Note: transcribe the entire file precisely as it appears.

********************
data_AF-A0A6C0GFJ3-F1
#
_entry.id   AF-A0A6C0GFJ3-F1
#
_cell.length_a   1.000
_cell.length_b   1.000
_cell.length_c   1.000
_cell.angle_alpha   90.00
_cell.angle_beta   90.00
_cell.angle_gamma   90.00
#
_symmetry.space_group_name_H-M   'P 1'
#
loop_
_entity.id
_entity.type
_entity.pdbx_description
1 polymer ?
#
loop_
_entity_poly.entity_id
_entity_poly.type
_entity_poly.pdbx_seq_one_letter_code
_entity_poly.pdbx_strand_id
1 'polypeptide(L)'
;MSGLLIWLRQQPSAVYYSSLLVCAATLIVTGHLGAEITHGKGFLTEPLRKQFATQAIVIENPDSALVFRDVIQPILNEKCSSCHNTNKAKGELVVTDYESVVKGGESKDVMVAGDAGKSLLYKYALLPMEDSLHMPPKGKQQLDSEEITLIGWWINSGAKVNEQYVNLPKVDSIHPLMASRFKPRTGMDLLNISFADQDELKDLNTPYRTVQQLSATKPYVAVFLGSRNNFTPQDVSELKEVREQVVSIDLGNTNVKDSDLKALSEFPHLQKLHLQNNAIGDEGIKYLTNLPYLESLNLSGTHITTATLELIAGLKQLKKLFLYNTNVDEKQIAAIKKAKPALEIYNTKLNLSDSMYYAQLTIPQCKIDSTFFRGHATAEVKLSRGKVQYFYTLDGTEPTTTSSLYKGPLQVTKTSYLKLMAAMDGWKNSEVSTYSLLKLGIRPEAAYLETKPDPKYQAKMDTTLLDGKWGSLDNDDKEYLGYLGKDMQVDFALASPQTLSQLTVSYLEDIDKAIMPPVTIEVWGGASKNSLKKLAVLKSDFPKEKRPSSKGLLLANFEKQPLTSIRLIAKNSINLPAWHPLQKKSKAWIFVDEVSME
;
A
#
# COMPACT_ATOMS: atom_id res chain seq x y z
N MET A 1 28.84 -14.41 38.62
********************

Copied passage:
data_AF-A0A6C0GFJ3-F1
#
_entry.id   AF-A0A6C0GFJ3-F1
#
_cell.length_a   1.000
_cell.length_b   1.000
_cell.length_c   1.000
_cell.angle_alpha   90.00
_cell.angle_beta   90.00
_cell.angle_gamma   90.00
#
_symmetry.space_group_name_H-M   'P 1'
#
loop_
_entity.id
_entity.type
_entity.pdbx_description
1 polymer ?
#
loop_
_entity_poly.entity_id
_entity_poly.type
_entity_poly.pdbx_seq_one_letter_code
_entity_poly.pdbx_strand_id
1 'polypeptide(L)'
;MSGLLIWLRQQPSAVYYSSLLVCAATLIVTGHLGAEITHGKGFLTEPLRKQFATQAIVIENPDSALVFRDVIQPILNEKCSSCHNTNKAKGELVVTDYESVVKGGESKDVMVAGDAGKSLLYKYALLPMEDSLHMPPKGKQQLDSEEITLIGWWINSGAKVNEQYVNLPKVDSIHPLMASRFKPRTGMDLLNISFADQDELKDLNTPYRTVQQLSATKPYVAVFLGSRNNFTPQDVSELKEVREQVVSIDLGNTNVKDSDLKALSEFPHLQKLHLQNNAIGDEGIKYLTNLPYLESLNLSGTHITTATLELIAGLKQLKKLFLYNTNVDEKQIAAIKKAKPALEIYNTKLNLSDSMYYAQLTIPQCKIDSTFFRGHATAEVKLSRGKVQYFYTLDGTEPTTTSSLYKGPLQVTKTSYLKLMAAMDGWKNSEVSTYSLLKLGIRPEAAYLETKPDPKYQAKMDTTLLDGKWGSLDNDDKEYLGYLGKDMQVDFALASPQTLSQLTVSYLEDIDKAIMPPVTIEVWGGASKNSLKKLAVLKSDFPKEKRPSSKGLLLANFEKQPLTSIRLIAKNSINLPAWHPLQKKSKAWIFVDEVSME
;
A
#
# COMPACT_ATOMS: atom_id res chain seq x y z
N MET A 1 28.84 -14.41 38.62